2. Understanding Total Cost

Procurement’s consideration of cost needs to go beyond the ticket price that is paid. There are other factors to take into account such as quality of support and adherence to Service Level Agreements (SLAs). It’s all about Total Cost of Ownership.

Got a great price for your basic service agreement? Great! But did you discuss and agree a price for ongoing support? Or agree how many people are assigned to your contract? Or how much you are paying for secure data storage? It’s critical to understand the whole picture beyond the basic price.

If you are just looking to drive savings on the bottom line price by whittling down your supplier’s margin, they will look to move or hide costs elsewhere. No matter how good a deal you think you have at the outset, if you aren’t tracking TCO you’re probably losing any savings you may have initially achieved and leaving this cost lever un-pulled.

3. Find the Right Deal Structure

One of the key decisions an organisation will have to make regarding its services is which model or structure their deal is going to take. In outsourcing of services, a fully Managed Service can be very attractive to an organisation with day-to-day operation provided by an external specialist, with the business free to focus time and effort elsewhere.  

However, organisations using a Managed Service have to accept the fact that they will hand over a level of control, which in turn raises their risk.  Procurement still needs to understand what’s happening throughout the outsourced service provider’s supply chain.

Organisations may also choose to use on-demand outsourcing, where they pay for support based on the number of times it is used, or a ‘Break/Fix’ service where it pays for just the work that is done. There is no right or wrong answer as this will differ from organisation to organisation. What’s important is picking the right option.

4. Innovation

When it comes to cost savings, innovation is a key part of the puzzle that cannot be missed. And when it comes to pulling the innovation cost lever for outsourcing services, the focus should be on “Big I” Innovation (i.e. digital transformation), rather than “Little i” innovation (i.e. continuous improvement activities).

As with the other cost levers we have shown, innovation that is being looked at in other areas of the business can just as easily be applied to outsourcing too. Consider all the current industry favourites such as Robotic Process Automation (RPA), AI and Machine Learning – these can have an impact on costs.

However, despite the fact that there is increasing importance placed on innovation in outsourcing, many organisations are still missing the mark. There’s a lot that can be achieved from deploying this cost lever in the right way at the right time.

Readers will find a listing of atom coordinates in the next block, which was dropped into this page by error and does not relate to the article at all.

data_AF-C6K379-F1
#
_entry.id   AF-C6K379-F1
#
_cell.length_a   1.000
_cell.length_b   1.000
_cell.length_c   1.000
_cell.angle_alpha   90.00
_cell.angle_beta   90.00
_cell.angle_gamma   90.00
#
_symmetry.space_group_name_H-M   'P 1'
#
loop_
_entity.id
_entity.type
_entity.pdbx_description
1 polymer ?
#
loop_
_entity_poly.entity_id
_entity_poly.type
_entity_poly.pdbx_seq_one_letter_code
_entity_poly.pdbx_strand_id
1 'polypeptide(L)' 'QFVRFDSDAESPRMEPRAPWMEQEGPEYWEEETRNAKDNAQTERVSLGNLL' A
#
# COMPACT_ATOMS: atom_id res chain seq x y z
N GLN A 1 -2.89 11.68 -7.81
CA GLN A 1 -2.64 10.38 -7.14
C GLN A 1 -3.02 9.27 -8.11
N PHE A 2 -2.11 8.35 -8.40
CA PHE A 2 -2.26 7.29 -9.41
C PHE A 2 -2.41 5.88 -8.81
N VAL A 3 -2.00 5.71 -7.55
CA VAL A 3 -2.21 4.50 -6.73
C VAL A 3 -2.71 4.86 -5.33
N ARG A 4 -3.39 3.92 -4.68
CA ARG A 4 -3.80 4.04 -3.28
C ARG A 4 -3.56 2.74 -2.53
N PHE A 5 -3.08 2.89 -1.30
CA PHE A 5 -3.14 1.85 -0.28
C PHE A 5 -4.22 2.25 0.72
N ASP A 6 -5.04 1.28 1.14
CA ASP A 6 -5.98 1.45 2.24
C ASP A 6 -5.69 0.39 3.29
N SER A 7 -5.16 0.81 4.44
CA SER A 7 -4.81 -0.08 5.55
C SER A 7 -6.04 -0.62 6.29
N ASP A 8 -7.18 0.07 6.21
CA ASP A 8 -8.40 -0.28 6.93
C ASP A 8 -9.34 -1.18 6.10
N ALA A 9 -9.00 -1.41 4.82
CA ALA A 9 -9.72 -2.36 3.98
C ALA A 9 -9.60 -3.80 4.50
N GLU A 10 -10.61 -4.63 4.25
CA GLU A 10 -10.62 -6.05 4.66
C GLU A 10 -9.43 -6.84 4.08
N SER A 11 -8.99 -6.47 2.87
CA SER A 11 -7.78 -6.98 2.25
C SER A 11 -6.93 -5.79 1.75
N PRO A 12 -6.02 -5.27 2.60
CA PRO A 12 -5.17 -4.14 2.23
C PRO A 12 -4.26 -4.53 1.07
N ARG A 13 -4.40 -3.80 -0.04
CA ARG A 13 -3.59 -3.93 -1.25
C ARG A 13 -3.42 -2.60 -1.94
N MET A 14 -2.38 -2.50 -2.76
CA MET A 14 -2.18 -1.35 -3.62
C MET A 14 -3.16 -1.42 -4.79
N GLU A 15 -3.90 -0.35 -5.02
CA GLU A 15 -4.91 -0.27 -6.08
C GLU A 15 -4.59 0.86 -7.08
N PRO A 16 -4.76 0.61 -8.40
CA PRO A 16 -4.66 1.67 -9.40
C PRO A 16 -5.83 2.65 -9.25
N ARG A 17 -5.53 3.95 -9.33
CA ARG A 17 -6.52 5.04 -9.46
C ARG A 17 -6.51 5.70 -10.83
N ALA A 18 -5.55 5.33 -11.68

5. Financial Engineering

Cost lever number 5 takes the modernisation and digital transformation found in the innovation space one step further: when it comes to the concept of innovation not just about the business scoping out activities for different areas of its categories, but more about how it modernises the entire solution.

It’s important to use financial engineering to have the impact on profit that is required as the initial outlay or investment across the board will be significantly higher than a service that doesn’t include these types of outcomes.  Organisations may choose to look at alternative sources of finance, assess potential Joint Ventures or Managed Services with flexible margins (in line with traditional Financial Engineering). Using this cost lever is about getting creative and perhaps walking the path less travelled for success.

Pull the Levers with Care

The 5 cost levers for outsourced services represent an individual and collective strategy for cost savings in the outsourced services space.  Pulling one alone would be effective, and using all of them in some way could deliver also deliver great results.

To find out more about these cost levers, and to access expert advice on how to use them, register for the Everest Group sponsored webinar 5 cost levers to pull right now with your outsourced services, to be broadcast on Thursday May 7th 2020 at 2:30pm GMT. To find out all the information you need, including how to sign up, visit the Procurious website or click here.

Supplier Motivation, A Key Component of Supplier Management

Motivate your suppliers rather than merely manage them


As we have already seen in a former blog, enterprises often fail at maximizing the value of collaborating with smaller companies. Convinced that their sizes and brands will attract suppliers anyway, they entrench themselves behind the gates of rigid procurement processes. They miss the huge opportunity of co-innovating with these businesses, especially startups, by failing to take a differentiated approach. This multi-channel strategy tailored to suppliers’ capabilities is what differentiates best-in-class from a peer group as a report from The Hackett Group reveals.

On the other hand, let us not forget a wise piece of advice from Procurement Management expert, Natacha Trehan, in her keynote last year at Ivalua NOW –  every customer wants to collaborate with the best suppliers, which means that, eventually, the supplier chooses who they want to work with. This translates into a powerful lesson learned for Procurement: motivate your suppliers rather than merely manage them.

This is a method medium-size companies have already integrated in their supplier innovation strategy.